Chris Butt, CEO and Founder of Cognisess: Microsoft Roadshow 2017 Takeaways
Just over a month since taking part in the Microsoft Global Startup Roadshow 2017, the dust has settled enough for me to take in the lessons I learned after an extremely valuable — and busy — 5 days in Seattle and California at the end of April.
The opportunity to mingle with, and learn from the executives from the highest echelons of Microsoft’s organization, and share the stage, training sessions, customer introductions, and networking opportunities with 14 top Microsoft Accelerator alumnus from across the globe was an extremely useful, and also grounding experience.
As a CEO, the Roadshow offered insight into how to navigate the ecosystem of a global enterprise like Microsoft, the advantages of partnering with of such an organization, and the possibilities it could offer for a company like my own.
One of the presentations which really struck a chord with me was by John W Thompson, the chairman of the board for Microsoft.
As an MIT graduate with a 45 plus year career in the leadership of the world’s leading tech companies including current chairman of Microsoft, former chairman and CEO of Symantec and former VP and General Manager for IBM, it is clear than John Thompson is a man who knows his stuff about the software industry.
From the outset, Thompson gave a bird’s eye view of evolution of the software industry from its early beginnings to where it is today, and in doing so offered real context to how the industry has changed, and the effects this has had on the realities of effectively managing businesses in this field.
While discussing the incredible level of maturity we have reached in the software industry today, Thompson regaled us with stories of successes, bumps in the road, and straight out failures which have made up his own personal journey. Rather than simply playing the ‘poster boy’ for success in Silicon Valley, he offered a more realistic picture of the trials and tribulations of managing global companies.
Thompson retold his experiences building a company which expanded too quickly and had to retrench when it couldn’t raise further funding, leading to pressure from investors to scale down or close. He spoke of how emotional a time this was for him as a leader, and how it brought him to tears letting valued team members go.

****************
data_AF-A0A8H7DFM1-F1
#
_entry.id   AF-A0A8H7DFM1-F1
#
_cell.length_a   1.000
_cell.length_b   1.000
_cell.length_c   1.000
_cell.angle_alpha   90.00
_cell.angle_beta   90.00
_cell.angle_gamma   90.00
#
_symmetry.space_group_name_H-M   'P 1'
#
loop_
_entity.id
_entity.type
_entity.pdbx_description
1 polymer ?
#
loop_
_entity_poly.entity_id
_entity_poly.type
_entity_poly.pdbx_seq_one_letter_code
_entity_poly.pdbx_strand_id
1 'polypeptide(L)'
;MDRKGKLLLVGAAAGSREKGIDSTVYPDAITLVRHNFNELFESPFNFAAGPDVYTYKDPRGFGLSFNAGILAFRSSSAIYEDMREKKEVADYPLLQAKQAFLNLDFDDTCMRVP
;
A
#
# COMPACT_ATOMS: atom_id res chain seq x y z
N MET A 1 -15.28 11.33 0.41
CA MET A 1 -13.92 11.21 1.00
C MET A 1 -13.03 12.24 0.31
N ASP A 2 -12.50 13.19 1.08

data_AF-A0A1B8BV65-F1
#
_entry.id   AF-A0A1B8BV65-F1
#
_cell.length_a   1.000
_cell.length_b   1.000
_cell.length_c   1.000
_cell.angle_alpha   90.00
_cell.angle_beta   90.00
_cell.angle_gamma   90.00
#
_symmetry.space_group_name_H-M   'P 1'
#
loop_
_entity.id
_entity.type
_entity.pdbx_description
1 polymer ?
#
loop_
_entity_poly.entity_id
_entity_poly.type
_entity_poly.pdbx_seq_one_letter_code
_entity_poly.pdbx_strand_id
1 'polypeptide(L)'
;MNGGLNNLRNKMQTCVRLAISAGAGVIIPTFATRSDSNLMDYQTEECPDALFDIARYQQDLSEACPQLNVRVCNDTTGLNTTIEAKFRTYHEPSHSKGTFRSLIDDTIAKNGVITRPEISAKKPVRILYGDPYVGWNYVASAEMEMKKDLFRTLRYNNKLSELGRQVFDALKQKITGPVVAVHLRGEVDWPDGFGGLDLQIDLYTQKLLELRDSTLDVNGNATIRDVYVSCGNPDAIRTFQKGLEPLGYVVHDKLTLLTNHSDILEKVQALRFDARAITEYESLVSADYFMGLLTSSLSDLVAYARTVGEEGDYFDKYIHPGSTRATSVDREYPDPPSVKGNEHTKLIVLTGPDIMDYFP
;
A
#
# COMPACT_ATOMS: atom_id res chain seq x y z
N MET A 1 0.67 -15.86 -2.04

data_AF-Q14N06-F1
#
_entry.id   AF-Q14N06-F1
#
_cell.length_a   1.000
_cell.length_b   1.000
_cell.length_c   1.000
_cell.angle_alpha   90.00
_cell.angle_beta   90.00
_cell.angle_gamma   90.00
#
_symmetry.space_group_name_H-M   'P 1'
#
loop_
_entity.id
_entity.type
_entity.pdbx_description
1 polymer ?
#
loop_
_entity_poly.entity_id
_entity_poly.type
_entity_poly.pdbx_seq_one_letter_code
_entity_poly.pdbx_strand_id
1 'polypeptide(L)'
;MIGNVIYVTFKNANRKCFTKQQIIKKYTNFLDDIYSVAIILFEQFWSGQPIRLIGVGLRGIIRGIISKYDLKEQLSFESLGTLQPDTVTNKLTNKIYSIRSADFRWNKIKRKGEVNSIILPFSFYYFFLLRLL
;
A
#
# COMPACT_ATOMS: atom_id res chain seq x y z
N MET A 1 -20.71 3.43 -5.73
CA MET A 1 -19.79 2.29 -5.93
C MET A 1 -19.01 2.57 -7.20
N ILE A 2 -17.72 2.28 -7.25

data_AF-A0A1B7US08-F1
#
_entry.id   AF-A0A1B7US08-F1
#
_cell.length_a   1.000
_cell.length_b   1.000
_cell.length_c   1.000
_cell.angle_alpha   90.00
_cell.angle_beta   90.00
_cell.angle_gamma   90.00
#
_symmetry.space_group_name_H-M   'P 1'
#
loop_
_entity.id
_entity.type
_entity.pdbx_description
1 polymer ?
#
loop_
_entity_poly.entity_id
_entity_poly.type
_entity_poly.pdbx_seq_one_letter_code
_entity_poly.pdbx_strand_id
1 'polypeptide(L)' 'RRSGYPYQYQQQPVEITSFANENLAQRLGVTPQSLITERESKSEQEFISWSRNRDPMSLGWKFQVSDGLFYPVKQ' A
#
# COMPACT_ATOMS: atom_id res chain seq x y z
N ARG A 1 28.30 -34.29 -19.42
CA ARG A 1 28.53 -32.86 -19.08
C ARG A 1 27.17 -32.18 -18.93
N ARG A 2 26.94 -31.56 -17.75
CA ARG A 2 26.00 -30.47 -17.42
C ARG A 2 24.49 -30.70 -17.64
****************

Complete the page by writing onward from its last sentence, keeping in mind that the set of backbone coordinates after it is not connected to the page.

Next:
The fact that most startups fail is somewhat of an elephant in the room in the tech industry, but Thompson’s message was a positive one: to trust your instincts, to really become a part of a company and care about its stakeholders, and that resilience is important but that it is even more important to be realistic.
As the current CEO of a growing company, with a long career in the world of startups, it was a breath of fresh air to hear such an honest appraisal from someone with so much experience.
During his presentation, Thompson focused on the realities of being a CEO, of being a chairman, and of being both at the same time.
Normally, once a company goes public, a board of directors will elect a chairman to act as the main link between the interests of investors and shareholders, and the CEO of a company. However, while becoming less common in recent years, in many companies, the CEO, who holds the top management position in the company, also serves as chairman of the board.
Thompson told an interesting story about how when he was first asked to be CEO for Symantec, the board offered him the position of both CEO and Chairman. Unsure as to whether this was the right step for the company, or his career, he called upon various contacts for advice. Unanimously he was told to accept both positions at the same time.
The advice which Thompson was given by his trusted contacts was that you will never fully understand the gravity of the position, and you will never understand how it feels to be at the helm of a company, until you take the leap into the position of CEO.
There is only so much you can do to prepare for this, you are either ready or not and the truth will soon tell.
Building a business is not easy, and if you are doing it right, it never will be.
When I left the intense Microsoft Roadshow and travelled 6000 miles back to Bath, UK where my team is based, I stepped back into an equally frantic world of taking on staff, projects, deadlines, meetings and searching for funding.
This was when I realized just how valuable Thompson’s presentation had been to me as a CEO.
Without being negative, or bringing people down Thompson offered a well needed dose of reality. In openly discussing the ups and downs of managing a company, he told us “ I understand the pressure you are under” and brought home the point that however good things seem to be going, in this highly changeable and competitive industry, there are dangers out there, and you are not there until you are there.